Really the only similar competition I can think of would be the Mercedes you mentioned or the X2 M35i (which I’ve actually driven-it beats the Kona as far as comfort and interior go but can’t touch the driving experience). You can find used ones in the high 30s if you’re patient. Or maybe even an older Macan, although the Kona N will annihilate a base Macan performance wise and should be able to go tit for tat with an older gen Macan S.

Those cars are all wheel drive as well, which is an advantage that the Kona N doesn’t enjoy. But even used ones will cost more than a brand new Kona N, which comes with an amazing warranty too. To make a long story short there really is nothing that the Kona N competes directly with in the US. The way I see it is it’s an interesting and unique car, which is one of the reasons why I love mine so much, and like I’ve said in other threads…people find it really intriguing, even (curiously enough) non car enthusiasts. I’ve had coworkers ask me what the deal with it is a few times, basically being like “I can tell this is way cooler than a normal Kona, can you explain why?”. No one ever said a **** word about my GTI lol.

I think it will either succeed in establishing an entirely new niche or be a sales flop because of how weird it is. Either way, us owners are in good shape, because if it turns into a big deal we got in on the ground floor and were early adapters…and if it flops and we’re patient, the car will come back up in value in a few years as a curiosity and enthusiasts will recognize it as a cult classic. We’ll see what happens!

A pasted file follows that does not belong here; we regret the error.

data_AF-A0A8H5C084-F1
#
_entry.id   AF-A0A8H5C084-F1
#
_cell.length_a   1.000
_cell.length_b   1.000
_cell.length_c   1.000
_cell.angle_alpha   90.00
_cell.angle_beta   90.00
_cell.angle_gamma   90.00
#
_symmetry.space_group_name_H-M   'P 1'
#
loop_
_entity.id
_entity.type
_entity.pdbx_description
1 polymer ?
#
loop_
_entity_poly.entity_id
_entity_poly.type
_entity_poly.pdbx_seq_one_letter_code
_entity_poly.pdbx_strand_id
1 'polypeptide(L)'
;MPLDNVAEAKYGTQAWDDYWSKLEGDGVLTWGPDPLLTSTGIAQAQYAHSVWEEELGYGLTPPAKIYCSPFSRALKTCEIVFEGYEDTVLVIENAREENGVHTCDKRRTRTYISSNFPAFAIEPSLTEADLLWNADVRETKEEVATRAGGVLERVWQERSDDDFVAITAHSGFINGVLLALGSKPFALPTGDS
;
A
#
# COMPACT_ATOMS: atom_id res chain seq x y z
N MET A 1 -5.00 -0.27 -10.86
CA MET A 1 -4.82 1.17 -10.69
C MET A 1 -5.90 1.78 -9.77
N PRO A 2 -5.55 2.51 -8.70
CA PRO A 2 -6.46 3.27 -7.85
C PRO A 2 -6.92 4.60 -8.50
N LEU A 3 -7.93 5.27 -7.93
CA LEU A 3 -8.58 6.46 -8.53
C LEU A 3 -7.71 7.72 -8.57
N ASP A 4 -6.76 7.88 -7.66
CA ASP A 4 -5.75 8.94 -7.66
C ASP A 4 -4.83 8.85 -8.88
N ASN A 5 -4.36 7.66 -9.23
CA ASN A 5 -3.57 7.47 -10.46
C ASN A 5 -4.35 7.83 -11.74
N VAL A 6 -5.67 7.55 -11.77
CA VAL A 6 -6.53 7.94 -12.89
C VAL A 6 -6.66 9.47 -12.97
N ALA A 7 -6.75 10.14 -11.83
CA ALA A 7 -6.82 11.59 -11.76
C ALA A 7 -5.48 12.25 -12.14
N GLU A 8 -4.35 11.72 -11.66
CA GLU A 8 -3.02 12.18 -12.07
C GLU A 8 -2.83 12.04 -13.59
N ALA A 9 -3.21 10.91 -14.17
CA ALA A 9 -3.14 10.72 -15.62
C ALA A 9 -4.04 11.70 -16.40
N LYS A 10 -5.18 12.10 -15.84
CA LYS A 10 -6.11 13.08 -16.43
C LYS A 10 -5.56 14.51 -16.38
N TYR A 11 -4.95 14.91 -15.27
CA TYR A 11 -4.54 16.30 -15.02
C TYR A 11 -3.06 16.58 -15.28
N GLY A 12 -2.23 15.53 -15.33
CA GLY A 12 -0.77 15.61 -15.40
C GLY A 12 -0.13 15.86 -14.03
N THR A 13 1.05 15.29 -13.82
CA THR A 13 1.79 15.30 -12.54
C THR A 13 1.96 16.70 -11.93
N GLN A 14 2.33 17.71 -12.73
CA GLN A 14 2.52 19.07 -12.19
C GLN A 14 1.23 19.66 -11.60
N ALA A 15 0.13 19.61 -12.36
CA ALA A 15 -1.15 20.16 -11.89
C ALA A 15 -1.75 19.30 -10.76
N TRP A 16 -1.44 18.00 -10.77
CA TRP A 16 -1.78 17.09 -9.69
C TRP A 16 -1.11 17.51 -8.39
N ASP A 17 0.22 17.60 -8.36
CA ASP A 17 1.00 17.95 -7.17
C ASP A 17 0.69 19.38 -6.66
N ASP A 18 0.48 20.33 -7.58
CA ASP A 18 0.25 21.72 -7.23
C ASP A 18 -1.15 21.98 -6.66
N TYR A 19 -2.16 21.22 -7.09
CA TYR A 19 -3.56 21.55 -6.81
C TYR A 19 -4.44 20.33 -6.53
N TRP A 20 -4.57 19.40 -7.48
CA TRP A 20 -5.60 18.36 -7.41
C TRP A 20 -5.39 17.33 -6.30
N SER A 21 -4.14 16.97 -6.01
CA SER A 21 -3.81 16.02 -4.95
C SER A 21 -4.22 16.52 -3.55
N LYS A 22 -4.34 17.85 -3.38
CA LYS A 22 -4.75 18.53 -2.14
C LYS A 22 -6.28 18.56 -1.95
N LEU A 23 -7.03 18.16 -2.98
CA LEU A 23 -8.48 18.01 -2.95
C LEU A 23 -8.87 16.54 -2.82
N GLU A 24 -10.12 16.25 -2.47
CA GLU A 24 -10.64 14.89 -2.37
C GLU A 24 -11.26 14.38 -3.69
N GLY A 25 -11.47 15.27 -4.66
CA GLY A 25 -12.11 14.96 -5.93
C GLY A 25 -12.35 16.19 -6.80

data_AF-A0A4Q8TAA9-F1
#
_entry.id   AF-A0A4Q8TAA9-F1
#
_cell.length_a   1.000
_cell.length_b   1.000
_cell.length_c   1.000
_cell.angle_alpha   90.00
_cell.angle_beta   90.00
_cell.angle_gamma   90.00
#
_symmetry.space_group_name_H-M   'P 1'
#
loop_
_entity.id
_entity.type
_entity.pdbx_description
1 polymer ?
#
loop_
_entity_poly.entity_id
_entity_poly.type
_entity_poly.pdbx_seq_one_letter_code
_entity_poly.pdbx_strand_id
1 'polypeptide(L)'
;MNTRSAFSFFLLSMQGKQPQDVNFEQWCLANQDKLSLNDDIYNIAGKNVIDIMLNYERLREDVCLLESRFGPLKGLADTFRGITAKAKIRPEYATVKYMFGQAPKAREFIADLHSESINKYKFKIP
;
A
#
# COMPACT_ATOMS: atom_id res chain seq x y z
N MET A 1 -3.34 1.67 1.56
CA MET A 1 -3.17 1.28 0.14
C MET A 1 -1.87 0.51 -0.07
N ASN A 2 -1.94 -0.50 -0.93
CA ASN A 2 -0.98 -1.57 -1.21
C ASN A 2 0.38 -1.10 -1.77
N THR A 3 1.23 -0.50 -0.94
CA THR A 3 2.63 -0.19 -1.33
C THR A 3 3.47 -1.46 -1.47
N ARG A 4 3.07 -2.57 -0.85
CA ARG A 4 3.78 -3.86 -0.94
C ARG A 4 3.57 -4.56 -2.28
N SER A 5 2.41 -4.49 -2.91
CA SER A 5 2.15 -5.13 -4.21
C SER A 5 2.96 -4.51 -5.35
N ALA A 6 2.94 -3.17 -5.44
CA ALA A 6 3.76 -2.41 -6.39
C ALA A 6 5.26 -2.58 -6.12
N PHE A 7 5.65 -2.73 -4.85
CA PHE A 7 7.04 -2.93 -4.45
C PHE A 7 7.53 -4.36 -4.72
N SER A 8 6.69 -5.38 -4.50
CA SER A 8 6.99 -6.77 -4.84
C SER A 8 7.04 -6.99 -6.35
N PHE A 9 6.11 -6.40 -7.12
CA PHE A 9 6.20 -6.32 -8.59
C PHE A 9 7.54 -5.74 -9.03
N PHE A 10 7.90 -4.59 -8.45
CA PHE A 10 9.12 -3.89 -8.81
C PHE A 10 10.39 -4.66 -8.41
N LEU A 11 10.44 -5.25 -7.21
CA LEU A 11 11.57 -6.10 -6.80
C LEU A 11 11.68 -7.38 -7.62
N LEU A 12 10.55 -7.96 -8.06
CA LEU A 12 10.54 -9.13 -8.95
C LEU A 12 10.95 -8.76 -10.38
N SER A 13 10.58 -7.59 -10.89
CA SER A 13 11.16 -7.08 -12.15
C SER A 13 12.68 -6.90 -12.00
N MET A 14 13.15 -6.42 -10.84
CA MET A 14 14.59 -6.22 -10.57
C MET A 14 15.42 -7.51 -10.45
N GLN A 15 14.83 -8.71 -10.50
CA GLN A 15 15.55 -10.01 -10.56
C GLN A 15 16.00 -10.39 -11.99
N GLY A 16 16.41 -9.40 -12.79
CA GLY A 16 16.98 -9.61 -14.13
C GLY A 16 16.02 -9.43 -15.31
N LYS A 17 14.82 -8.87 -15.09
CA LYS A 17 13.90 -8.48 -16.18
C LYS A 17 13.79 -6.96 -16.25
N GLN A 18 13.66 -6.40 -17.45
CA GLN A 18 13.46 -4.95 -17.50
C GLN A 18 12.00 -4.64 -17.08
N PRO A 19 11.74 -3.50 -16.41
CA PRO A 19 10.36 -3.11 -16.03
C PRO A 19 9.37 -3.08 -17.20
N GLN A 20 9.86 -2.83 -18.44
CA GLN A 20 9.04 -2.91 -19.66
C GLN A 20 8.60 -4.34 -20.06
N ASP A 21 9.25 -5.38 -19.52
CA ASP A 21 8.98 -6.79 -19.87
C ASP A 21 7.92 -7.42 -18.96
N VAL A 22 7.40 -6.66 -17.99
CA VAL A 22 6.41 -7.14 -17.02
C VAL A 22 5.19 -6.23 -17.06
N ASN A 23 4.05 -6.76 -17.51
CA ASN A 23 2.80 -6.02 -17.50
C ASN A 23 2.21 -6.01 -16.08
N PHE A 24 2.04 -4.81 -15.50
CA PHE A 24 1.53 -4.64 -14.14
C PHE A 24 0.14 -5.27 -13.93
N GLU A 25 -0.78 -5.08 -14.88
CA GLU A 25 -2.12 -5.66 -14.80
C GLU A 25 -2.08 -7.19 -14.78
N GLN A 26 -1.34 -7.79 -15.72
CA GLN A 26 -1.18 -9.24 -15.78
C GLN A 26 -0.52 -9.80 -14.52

I agree with your assessment of the Kona N. In no way is the the Mazda CX 30 ANY form of competition to the Kona N. It is a entry level luxury car with a larger turbo motor, tall subframes, and ok suspension for "commoner" daily driving.

North American based Kona N competition would be the slower and more softly setup set up GTI. The Golf R has the HP but the suspension is not up to task. It is too homogenized as is their looks. If they still made the Ford Focus ST/Fiesta ST ( RS , I would want the RS for it's AWD :ROFLMAO: ) in NA around that would be in the mix, with the Fiesta ST at least being in the handling game and not competing in the hp/tq game. Old hot hatch's Mazda Speed 3. Then of course the Honda Type R, but that is in a league by itself with it's advanced suspension. It would be nice to see the i20 N here in North America.